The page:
Halloween 2012: The trailer for Halloween 2013

Halloween did not go off as planned this year. And it was all because of Superstorm Sandy, the Frankenstorm that frakked Halloween but good.

(Note that complaining done here while people are freezing, starving, drowning, decomposing and otherwise traumatized further north is done strictly tongue in cheek – I am very glad the storm did not hit Maryland worse than it did. Now, back to the whiny complaining of a frustrated set designer.)

As you may know, with the exception of CapClave, October was Halloween Prep month for me. Weekends, weeknights, I even took off Halloween day to get everything in place. There was measuring, hammering, sawing, painting, stapling and cutting and pasting:

Then came Sandy. Last weekend was supposed to be the ‘clean out the garage and prep it for Halloween’ time. Instead, it was ‘pack every item that could blow away or get damaged into the garage.’ With the government closed two days, in theory I had five straight days to get ready for Halloween with my biggest garage-decoration ever.

But the power went out Monday afternoon. And stayed out Tuesday.

Next step: decoration triage. I concentrated on making the costume. Without power, the garage was a no-go. With temperatures ranging from the 30s to 50s, the house grew colder too, making it hard to work with precision.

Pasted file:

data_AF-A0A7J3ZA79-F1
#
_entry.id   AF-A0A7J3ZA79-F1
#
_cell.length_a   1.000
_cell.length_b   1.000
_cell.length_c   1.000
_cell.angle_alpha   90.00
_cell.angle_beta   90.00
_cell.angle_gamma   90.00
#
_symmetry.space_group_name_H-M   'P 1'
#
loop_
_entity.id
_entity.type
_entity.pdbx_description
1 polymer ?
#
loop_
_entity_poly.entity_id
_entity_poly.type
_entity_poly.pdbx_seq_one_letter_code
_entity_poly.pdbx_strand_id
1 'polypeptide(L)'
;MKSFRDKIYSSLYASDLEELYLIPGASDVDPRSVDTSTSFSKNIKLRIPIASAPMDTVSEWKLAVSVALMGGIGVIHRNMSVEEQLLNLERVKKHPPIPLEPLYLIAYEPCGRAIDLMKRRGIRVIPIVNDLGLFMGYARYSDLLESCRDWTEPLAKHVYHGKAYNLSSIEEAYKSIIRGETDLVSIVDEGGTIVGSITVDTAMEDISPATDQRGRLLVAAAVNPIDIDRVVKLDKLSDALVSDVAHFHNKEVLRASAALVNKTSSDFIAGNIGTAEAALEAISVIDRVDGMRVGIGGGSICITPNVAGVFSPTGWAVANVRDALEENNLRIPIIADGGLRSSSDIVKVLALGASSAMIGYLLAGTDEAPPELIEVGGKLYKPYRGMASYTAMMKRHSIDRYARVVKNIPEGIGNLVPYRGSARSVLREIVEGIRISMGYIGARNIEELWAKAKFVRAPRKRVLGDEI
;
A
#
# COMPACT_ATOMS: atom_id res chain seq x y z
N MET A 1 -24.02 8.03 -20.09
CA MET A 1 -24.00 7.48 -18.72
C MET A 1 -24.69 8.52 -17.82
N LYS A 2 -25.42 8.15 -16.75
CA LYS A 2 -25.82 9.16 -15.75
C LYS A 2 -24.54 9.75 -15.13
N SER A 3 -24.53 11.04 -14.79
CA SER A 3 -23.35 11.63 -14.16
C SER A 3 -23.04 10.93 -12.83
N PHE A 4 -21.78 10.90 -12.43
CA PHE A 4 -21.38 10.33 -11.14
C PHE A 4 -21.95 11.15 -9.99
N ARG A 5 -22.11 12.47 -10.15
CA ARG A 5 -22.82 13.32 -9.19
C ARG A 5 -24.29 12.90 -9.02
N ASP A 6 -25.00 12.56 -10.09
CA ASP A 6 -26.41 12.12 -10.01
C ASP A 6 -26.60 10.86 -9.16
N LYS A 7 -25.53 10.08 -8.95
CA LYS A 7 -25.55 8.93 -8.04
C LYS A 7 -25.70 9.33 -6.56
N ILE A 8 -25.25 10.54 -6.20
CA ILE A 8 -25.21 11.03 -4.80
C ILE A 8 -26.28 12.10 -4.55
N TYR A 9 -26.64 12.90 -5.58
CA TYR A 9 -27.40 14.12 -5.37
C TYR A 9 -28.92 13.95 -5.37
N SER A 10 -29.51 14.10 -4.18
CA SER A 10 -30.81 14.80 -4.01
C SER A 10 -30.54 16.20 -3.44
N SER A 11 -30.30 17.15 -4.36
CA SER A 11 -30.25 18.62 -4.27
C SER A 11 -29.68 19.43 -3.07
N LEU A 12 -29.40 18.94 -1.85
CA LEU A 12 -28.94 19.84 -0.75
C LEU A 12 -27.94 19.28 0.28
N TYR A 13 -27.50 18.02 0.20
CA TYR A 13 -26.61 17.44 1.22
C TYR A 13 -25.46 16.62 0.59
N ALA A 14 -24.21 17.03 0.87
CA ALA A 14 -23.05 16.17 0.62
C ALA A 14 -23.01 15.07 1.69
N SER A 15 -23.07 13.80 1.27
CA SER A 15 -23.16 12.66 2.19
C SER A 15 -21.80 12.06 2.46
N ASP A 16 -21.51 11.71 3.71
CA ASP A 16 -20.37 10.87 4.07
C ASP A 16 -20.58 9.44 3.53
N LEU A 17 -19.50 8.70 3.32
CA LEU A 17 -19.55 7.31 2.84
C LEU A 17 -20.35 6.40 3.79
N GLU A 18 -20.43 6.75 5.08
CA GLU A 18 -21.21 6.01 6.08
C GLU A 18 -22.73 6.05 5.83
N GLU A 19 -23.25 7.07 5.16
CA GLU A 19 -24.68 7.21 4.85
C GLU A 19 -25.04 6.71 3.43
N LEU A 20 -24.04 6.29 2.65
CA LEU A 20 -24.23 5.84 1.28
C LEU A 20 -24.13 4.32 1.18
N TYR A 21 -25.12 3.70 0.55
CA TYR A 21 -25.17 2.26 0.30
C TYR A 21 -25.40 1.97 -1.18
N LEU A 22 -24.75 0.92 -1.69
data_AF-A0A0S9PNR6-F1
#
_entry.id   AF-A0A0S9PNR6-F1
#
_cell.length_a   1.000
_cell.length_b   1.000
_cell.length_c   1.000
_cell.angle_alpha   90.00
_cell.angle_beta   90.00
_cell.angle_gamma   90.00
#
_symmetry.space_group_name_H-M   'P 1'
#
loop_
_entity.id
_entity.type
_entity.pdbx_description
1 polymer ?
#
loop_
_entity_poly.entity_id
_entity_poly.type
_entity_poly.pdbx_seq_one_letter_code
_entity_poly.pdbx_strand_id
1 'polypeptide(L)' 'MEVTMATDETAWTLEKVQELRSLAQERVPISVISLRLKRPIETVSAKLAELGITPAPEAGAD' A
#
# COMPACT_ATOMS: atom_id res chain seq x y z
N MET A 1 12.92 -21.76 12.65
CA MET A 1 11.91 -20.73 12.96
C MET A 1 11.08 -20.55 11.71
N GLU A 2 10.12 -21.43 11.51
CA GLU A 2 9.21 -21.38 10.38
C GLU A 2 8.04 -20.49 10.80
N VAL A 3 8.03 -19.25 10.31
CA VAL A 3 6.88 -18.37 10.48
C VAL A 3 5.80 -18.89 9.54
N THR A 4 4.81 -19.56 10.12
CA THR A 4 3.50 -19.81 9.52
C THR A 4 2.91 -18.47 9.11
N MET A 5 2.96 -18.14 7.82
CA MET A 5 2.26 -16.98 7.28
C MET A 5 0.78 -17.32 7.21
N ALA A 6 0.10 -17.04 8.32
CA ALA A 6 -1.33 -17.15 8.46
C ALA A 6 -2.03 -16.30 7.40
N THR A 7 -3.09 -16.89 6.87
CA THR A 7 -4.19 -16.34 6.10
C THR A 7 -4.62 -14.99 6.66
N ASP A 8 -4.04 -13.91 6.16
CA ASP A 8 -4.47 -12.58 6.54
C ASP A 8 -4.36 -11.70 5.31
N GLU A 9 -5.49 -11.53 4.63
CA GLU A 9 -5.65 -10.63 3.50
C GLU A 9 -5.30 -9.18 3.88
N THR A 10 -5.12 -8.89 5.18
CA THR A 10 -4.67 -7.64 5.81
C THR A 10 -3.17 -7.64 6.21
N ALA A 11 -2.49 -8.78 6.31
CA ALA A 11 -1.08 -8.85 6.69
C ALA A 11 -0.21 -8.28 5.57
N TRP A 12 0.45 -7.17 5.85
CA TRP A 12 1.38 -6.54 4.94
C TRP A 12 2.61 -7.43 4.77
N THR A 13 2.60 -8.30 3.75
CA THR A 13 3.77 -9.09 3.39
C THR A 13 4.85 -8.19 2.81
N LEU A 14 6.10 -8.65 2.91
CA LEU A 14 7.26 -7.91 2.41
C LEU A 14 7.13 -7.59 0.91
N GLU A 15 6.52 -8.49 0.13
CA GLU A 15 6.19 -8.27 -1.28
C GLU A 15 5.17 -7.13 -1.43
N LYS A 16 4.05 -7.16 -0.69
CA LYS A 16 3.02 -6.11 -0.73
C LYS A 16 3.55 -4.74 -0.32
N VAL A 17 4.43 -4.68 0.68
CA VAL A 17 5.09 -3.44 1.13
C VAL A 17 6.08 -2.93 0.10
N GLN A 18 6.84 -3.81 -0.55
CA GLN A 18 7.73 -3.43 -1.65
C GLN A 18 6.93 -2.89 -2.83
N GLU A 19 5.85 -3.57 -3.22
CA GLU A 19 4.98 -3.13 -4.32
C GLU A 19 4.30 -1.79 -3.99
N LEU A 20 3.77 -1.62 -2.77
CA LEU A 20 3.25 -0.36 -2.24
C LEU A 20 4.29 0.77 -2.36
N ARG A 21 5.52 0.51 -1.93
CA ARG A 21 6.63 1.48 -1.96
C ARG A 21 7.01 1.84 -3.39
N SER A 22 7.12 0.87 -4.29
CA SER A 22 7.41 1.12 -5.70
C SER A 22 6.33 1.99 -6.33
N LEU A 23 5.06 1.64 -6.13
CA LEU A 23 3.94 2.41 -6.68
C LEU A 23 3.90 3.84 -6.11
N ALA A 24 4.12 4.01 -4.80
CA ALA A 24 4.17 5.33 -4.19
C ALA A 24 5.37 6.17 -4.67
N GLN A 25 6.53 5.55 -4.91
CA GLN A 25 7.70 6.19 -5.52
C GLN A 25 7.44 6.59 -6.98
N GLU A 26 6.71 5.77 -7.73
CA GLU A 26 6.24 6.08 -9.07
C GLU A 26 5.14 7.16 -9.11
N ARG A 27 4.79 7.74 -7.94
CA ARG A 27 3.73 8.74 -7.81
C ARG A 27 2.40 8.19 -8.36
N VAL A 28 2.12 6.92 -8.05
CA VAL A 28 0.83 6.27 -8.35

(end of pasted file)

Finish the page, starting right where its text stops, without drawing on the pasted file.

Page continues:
Aye, it be a sizeable styrofoam skull…

The actual Captain Redbeard next to his giant unadorned head!


All day on Halloween, I watched the number of customers out in my county drop and then stop. It was like they stopped fixing stuff. If only the power came on by 3pm, I thought, I could whip the garage into shape.

My wife came home way after 3 and felt so bad about the situation that she suggested I set up shop where there was power and hand out candy in costume. I said that the worst thing that could happen was that the power goes on right before trick-or-treating and then I look like I didn’t do anything with the garage. I have a reputation in the community to uphold, you understand.

As night began to fall, we dragged a card table up the street where the lights were on. Right after we got set up, at 6:05pm, the power came back on.

We ran everything back down to our driveway, plugged some lights into outlets and I did Halloween there:

The Captain mans the wee table with the undecorated but newly-powered garage behind him.

I told everyone who came by to come back in 2013 to see the full spread in the garage. Halloween 2012 turned into a trailer for Halloween 2013.